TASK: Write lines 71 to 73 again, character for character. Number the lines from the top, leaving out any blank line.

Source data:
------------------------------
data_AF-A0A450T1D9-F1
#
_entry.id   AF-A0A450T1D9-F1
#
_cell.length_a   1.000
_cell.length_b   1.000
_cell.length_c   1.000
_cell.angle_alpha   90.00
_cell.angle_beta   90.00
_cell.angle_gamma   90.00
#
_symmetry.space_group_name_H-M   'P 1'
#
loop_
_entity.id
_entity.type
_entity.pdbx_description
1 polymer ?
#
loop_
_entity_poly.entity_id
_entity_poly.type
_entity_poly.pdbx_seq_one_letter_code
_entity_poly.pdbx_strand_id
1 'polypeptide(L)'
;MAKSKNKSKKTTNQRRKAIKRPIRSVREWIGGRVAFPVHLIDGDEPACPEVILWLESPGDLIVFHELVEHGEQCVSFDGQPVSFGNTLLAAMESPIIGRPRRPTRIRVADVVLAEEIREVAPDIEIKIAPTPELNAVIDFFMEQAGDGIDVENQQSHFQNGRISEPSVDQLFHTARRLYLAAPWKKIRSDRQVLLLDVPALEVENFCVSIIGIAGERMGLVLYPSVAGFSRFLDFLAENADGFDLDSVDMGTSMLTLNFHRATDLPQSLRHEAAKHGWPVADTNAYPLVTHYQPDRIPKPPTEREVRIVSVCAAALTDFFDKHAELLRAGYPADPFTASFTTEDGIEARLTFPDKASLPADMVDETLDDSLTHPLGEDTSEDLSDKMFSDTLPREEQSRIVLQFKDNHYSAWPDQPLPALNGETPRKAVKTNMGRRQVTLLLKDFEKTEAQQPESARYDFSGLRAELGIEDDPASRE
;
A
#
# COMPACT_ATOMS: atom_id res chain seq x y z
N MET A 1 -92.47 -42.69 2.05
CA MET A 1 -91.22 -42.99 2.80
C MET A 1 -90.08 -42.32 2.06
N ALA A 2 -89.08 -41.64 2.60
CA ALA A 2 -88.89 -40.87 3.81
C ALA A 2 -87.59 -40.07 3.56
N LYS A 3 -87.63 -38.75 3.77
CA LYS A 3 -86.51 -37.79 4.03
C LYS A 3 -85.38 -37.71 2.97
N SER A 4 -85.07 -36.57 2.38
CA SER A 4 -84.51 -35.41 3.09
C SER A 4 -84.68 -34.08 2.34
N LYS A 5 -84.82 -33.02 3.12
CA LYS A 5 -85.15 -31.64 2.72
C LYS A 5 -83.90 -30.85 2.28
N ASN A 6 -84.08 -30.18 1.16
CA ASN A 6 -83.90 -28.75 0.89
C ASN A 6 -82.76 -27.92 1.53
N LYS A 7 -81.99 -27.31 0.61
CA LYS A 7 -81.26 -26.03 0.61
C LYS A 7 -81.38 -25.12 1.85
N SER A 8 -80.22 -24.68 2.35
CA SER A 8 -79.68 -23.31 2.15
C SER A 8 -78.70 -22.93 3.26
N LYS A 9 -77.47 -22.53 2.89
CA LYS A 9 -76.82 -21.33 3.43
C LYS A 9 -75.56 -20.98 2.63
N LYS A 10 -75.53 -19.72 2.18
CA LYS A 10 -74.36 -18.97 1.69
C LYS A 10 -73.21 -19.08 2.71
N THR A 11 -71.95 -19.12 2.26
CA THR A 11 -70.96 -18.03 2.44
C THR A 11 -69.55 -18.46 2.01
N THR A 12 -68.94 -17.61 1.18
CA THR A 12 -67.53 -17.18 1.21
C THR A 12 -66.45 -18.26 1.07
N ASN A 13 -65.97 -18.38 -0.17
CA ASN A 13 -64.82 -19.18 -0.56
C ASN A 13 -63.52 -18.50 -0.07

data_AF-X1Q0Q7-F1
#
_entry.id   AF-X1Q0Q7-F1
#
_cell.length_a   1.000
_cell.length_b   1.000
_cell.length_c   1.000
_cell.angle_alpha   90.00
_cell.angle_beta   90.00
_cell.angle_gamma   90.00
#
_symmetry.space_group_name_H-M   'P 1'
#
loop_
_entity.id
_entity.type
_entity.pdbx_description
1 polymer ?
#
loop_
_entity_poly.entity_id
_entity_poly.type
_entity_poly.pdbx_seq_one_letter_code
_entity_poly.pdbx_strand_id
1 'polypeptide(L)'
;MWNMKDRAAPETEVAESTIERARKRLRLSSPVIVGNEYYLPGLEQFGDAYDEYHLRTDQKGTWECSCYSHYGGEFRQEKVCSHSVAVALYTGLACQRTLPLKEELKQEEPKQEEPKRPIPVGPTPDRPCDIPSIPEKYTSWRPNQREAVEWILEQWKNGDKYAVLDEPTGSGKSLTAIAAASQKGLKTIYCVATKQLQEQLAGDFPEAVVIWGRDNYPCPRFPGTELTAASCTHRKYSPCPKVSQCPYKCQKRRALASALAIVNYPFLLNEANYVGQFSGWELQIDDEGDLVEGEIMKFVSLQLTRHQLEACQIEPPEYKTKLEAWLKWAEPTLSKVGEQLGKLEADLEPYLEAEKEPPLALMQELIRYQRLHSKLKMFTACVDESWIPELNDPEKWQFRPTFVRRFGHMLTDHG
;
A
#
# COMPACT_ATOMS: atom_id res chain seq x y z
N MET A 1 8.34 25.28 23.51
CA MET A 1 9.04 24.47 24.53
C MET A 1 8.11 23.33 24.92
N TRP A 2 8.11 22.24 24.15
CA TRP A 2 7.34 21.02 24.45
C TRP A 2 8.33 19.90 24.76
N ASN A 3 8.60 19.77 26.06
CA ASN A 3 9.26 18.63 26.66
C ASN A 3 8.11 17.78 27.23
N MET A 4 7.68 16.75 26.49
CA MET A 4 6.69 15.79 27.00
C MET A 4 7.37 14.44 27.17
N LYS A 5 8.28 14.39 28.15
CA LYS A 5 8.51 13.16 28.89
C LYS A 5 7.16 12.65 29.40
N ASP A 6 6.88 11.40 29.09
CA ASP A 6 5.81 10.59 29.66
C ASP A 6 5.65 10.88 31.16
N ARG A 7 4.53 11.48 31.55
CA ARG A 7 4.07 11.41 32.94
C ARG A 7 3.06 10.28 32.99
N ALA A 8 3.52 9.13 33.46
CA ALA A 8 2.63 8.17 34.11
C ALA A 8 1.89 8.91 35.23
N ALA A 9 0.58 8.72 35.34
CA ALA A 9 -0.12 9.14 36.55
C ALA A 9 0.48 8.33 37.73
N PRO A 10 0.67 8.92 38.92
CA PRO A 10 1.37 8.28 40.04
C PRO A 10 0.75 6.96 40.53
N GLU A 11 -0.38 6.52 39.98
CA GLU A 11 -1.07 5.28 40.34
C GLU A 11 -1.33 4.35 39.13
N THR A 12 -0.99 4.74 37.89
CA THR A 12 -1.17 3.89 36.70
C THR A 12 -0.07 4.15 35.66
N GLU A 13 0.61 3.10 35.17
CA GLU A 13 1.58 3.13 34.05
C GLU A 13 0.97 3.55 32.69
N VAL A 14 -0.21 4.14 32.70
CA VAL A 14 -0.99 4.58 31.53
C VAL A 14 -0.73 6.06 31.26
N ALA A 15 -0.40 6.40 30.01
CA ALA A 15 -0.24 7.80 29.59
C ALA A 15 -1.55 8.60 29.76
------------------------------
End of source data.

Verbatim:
#
_entry.id   AF-X1Q0Q7-F1
#